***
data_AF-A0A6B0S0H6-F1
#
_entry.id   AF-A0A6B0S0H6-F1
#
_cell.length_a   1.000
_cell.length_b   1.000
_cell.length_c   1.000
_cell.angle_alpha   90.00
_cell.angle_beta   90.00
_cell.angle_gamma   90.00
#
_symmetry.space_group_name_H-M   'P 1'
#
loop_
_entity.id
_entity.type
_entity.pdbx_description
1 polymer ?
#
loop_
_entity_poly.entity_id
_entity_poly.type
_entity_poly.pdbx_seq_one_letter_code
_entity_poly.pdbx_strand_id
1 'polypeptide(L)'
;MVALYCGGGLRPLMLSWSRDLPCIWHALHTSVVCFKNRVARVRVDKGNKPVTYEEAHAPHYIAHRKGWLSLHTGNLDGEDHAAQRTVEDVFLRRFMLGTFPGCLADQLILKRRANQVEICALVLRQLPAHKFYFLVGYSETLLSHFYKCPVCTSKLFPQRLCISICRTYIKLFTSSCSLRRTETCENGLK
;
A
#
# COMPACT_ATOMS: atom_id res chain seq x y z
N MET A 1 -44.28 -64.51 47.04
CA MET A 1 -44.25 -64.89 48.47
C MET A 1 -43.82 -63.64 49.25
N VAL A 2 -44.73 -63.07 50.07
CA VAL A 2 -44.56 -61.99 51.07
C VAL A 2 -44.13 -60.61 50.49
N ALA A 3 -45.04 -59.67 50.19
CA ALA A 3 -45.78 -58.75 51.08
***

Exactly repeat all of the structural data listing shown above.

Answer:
data_AF-A0A6B0S0H6-F1
#
_entry.id   AF-A0A6B0S0H6-F1
#
_cell.length_a   1.000
_cell.length_b   1.000
_cell.length_c   1.000
_cell.angle_alpha   90.00
_cell.angle_beta   90.00
_cell.angle_gamma   90.00
#
_symmetry.space_group_name_H-M   'P 1'
#
loop_
_entity.id
_entity.type
_entity.pdbx_description
1 polymer ?
#
loop_
_entity_poly.entity_id
_entity_poly.type
_entity_poly.pdbx_seq_one_letter_code
_entity_poly.pdbx_strand_id
1 'polypeptide(L)'
;MVALYCGGGLRPLMLSWSRDLPCIWHALHTSVVCFKNRVARVRVDKGNKPVTYEEAHAPHYIAHRKGWLSLHTGNLDGEDHAAQRTVEDVFLRRFMLGTFPGCLADQLILKRRANQVEICALVLRQLPAHKFYFLVGYSETLLSHFYKCPVCTSKLFPQRLCISICRTYIKLFTSSCSLRRTETCENGLK
;
A
#
# COMPACT_ATOMS: atom_id res chain seq x y z
N MET A 1 -44.28 -64.51 47.04
CA MET A 1 -44.25 -64.89 48.47
C MET A 1 -43.82 -63.64 49.25
N VAL A 2 -44.73 -63.07 50.07
CA VAL A 2 -44.56 -61.99 51.07
C VAL A 2 -44.13 -60.61 50.49
N ALA A 3 -45.04 -59.67 50.19
CA ALA A 3 -45.78 -58.75 51.08